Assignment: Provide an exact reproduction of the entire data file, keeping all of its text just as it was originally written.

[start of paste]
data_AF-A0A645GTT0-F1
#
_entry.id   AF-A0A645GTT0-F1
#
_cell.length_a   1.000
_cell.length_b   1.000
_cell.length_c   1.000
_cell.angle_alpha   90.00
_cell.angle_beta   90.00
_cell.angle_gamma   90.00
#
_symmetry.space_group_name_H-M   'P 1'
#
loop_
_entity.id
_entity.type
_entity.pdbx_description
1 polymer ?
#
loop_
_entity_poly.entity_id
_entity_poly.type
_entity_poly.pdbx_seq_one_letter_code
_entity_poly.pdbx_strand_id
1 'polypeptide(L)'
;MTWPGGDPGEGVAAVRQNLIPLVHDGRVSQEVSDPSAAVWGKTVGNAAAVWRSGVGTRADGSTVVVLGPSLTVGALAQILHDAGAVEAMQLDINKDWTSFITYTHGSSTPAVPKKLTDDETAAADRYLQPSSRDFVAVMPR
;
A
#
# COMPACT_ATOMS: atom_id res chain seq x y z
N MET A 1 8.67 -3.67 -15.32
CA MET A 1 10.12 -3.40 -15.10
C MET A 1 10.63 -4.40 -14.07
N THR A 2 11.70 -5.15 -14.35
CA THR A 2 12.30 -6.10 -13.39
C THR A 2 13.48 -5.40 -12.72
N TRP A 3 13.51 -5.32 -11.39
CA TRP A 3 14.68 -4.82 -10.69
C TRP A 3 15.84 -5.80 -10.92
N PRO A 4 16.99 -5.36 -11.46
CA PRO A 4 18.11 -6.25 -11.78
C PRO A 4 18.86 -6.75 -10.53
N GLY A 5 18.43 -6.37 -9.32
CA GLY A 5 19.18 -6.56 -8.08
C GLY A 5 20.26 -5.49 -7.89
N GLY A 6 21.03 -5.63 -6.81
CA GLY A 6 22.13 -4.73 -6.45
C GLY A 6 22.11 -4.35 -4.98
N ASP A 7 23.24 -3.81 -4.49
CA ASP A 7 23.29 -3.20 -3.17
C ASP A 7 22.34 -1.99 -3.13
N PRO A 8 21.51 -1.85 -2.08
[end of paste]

data_AF-A0A645GTT0-F1
#
_entry.id   AF-A0A645GTT0-F1
#
_cell.length_a   1.000
_cell.length_b   1.000
_cell.length_c   1.000
_cell.angle_alpha   90.00
_cell.angle_beta   90.00
_cell.angle_gamma   90.00
#
_symmetry.space_group_name_H-M   'P 1'
#
loop_
_entity.id
_entity.type
_entity.pdbx_description
1 polymer ?
#
loop_
_entity_poly.entity_id
_entity_poly.type
_entity_poly.pdbx_seq_one_letter_code
_entity_poly.pdbx_strand_id
1 'polypeptide(L)'
;MTWPGGDPGEGVAAVRQNLIPLVHDGRVSQEVSDPSAAVWGKTVGNAAAVWRSGVGTRADGSTVVVLGPSLTVGALAQILHDAGAVEAMQLDINKDWTSFITYTHGSSTPAVPKKLTDDETAAADRYLQPSSRDFVAVMPR
;
A
#
# COMPACT_ATOMS: atom_id res chain seq x y z
N MET A 1 8.67 -3.67 -15.32
CA MET A 1 10.12 -3.40 -15.10
C MET A 1 10.63 -4.40 -14.07
N THR A 2 11.70 -5.15 -14.35
CA THR A 2 12.30 -6.10 -13.39
C THR A 2 13.48 -5.40 -12.72
N TRP A 3 13.51 -5.32 -11.39
CA TRP A 3 14.68 -4.82 -10.69
C TRP A 3 15.84 -5.80 -10.92
N PRO A 4 16.99 -5.36 -11.46
CA PRO A 4 18.11 -6.25 -11.78
C PRO A 4 18.86 -6.75 -10.53
N GLY A 5 18.43 -6.37 -9.32
CA GLY A 5 19.18 -6.56 -8.08
C GLY A 5 20.26 -5.49 -7.89
N GLY A 6 21.03 -5.63 -6.81
CA GLY A 6 22.13 -4.73 -6.45
C GLY A 6 22.11 -4.35 -4.98
N ASP A 7 23.24 -3.81 -4.49
CA ASP A 7 23.29 -3.20 -3.17
C ASP A 7 22.34 -1.99 -3.13
N PRO A 8 21.51 -1.85 -2.08